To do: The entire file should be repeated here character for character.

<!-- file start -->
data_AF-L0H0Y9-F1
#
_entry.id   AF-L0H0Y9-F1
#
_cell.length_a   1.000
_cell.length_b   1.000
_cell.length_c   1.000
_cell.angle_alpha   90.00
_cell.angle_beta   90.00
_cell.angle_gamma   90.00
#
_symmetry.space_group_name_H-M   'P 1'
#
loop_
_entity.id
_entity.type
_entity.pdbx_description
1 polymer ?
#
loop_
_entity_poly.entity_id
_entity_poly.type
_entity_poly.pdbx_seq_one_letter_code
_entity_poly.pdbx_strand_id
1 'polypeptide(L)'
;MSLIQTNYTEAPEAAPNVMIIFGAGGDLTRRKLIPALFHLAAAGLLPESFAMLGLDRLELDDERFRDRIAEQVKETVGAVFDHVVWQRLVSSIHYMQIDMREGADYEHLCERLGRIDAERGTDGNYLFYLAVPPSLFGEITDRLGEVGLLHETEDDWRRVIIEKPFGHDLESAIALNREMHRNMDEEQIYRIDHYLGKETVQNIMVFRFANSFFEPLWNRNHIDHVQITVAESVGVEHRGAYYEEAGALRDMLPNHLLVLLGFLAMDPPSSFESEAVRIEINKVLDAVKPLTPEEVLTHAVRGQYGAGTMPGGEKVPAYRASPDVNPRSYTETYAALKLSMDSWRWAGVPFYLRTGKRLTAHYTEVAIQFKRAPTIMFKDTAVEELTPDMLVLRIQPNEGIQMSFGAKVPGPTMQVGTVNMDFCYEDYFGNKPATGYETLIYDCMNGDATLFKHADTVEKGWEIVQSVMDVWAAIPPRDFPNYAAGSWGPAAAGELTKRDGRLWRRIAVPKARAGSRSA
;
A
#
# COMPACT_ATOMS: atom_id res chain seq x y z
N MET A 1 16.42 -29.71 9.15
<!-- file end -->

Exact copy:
data_AF-L0H0Y9-F1
#
_entry.id   AF-L0H0Y9-F1
#
_cell.length_a   1.000
_cell.length_b   1.000
_cell.length_c   1.000
_cell.angle_alpha   90.00
_cell.angle_beta   90.00
_cell.angle_gamma   90.00
#
_symmetry.space_group_name_H-M   'P 1'
#
loop_
_entity.id
_entity.type
_entity.pdbx_description
1 polymer ?
#
loop_
_entity_poly.entity_id
_entity_poly.type
_entity_poly.pdbx_seq_one_letter_code
_entity_poly.pdbx_strand_id
1 'polypeptide(L)'
;MSLIQTNYTEAPEAAPNVMIIFGAGGDLTRRKLIPALFHLAAAGLLPESFAMLGLDRLELDDERFRDRIAEQVKETVGAVFDHVVWQRLVSSIHYMQIDMREGADYEHLCERLGRIDAERGTDGNYLFYLAVPPSLFGEITDRLGEVGLLHETEDDWRRVIIEKPFGHDLESAIALNREMHRNMDEEQIYRIDHYLGKETVQNIMVFRFANSFFEPLWNRNHIDHVQITVAESVGVEHRGAYYEEAGALRDMLPNHLLVLLGFLAMDPPSSFESEAVRIEINKVLDAVKPLTPEEVLTHAVRGQYGAGTMPGGEKVPAYRASPDVNPRSYTETYAALKLSMDSWRWAGVPFYLRTGKRLTAHYTEVAIQFKRAPTIMFKDTAVEELTPDMLVLRIQPNEGIQMSFGAKVPGPTMQVGTVNMDFCYEDYFGNKPATGYETLIYDCMNGDATLFKHADTVEKGWEIVQSVMDVWAAIPPRDFPNYAAGSWGPAAAGELTKRDGRLWRRIAVPKARAGSRSA
;
A
#
# COMPACT_ATOMS: atom_id res chain seq x y z
N MET A 1 16.42 -29.71 9.15